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Shadowboxer (0/10)

by Tony Medley

Cuba Gooding, Jr. continues his descent into the depths of notoriety that he started with “Dirty (2006),” a movie so profane it exceeded any known bounds of decency. In “Shadowboxer,” he tells a story with enough in it to offend virtually everybody, one way or another.

Mikey (Gooding) and Rose (Helen Mirren) are vicious cold-blooded contract killers, in the employ of Clayton (Stephen Dorff, a psychopath. Rose is also a pedophile, although the movie isn’t explicit about it. But she killed Mikey’s father, who killed Mikey’s mother, and that all happened when Mikey was around 7-years-old. When we meet them they are lovers. Apparently Rose raised Mikey and then bedded him. What are we to think? Pretty sick, if you ask me.

This is no mere coincidence. Gooding says that he thinks the film will attract “people who aren’t afraid of controversy and think out of the box in terms of relationships, but understand when they’re being exposed to something truly great as a life lesson.”

Great as a life lesson? Cold-blooded murder? Pedophilia? This isn’t a film about “thinking out of the box.” This is a film that glorifies nihilism. It denies conventional morality and the value of religious belief, which the characters discuss and reject. In this film there is no right or wrong. There is just the moment. No consequences for bad actions.

This film, shot in six weeks in Philadelphia on a tight budget, shows it. It contains some pretty awful acting. Joseph Gordon-Levitt (Dr. Don), who had a sparkling career as a child star, brilliantly playing Tommy Solomon on the TV series “3rd Rock from the Sun,” delivers his lines like he’s never read one in his life. Macy Gray plays Neisha like a puppet.

All the lovers in this film are bi-racial. The violence is graphic and gratuitous. Religion is mocked. Morality is ignored. Mikey and Rose are pictured as sympathetic characters, even as they are gunning people down in cold blood. Killing is unemotional, the horror of it diminished by the way it’s handled. We never get to meet or know the victims, so there is no sense of loss when they are dispatched. We see them; bang! they’re dead with a bullet hole between the eyes. No pain, no fear, no suffering, no emotion. One minute they are minor characters; the next minute they are corpses.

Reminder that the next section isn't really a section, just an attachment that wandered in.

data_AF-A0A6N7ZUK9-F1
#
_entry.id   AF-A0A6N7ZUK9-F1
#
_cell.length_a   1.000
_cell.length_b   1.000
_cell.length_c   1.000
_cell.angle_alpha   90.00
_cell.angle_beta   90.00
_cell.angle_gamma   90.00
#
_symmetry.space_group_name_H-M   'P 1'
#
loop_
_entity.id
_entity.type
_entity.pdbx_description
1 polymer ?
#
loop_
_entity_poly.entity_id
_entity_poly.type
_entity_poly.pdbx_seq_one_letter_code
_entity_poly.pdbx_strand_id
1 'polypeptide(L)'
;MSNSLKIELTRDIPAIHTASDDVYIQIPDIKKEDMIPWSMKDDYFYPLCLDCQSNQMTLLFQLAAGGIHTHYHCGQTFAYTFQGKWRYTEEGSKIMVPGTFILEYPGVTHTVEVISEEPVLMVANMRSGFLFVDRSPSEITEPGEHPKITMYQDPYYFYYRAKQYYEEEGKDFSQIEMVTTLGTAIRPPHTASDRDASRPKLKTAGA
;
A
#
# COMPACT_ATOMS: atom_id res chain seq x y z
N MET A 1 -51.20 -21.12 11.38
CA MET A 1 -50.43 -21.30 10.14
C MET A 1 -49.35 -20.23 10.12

The story is that Clayton puts a contract on his pregnant wife, Vickie (Vanessa Ferlito), who loves him. Mikey and Rose, who happens to be dying of cancer, are the killers, but Rose relents when Vickie drops her baby just as Rose is ready to plug her. Apparently we are supposed to accept the fact that Rose, a brutal, heartless, sociopathic killer, can change because she is about to kill a pregnant woman while she herself is dying of cancer. It’s no go. A film without a premise is like a human without a heart. There is no premise to this film other than first time director Lee Daniels’ apparent point that contract killers are people, too, and that’s not a premise.

In the olden days, Hollywood was required to conform to the Code. Commencing in 1933, run by an employee of the producers, Joseph I. Breen, the code prohibited nudity, profanity, white slavery, miscegenation, "excessive and lustful kissing," and "scenes of passion" that "stimulate the lower and baser element." It also forbade Hollywood from glorifying crime or adultery. To enforce the code, the Breen Office was empowered to grant or withhold a seal of approval, and without a seal, a movie could not be played in the major theater chains.

Some people didn’t like the Breen Office or the Code. But nobody can seriously argue that movies today are better than movies of the ‘30s and ‘40s, all of which were made under the Code. This film would never have even gotten to story board in those days and that alone is a strong argument in favor of a Code for motion pictures. I don’t know how this film didn’t get an NC-17 rating just for its sex alone, because there’s one screen where Clayton is having doggy-style sex with a big busted woman whose breasts jump all around as he’s having his way with her. It can’t get much closer than showing actual intercourse, with full frontal male nudity, complete with condom. But, forget the sex (censors are too hung up on sex and generally ignore violence, low moral tone, and societally destructive points of view), the movie should be NC-17 based on its non sexual content.

With its seemingly happy ending, it’s just in your face movie-making by people with a moral compass badly askew. There’s nothing remotely entertaining about this film.

July 13, 2006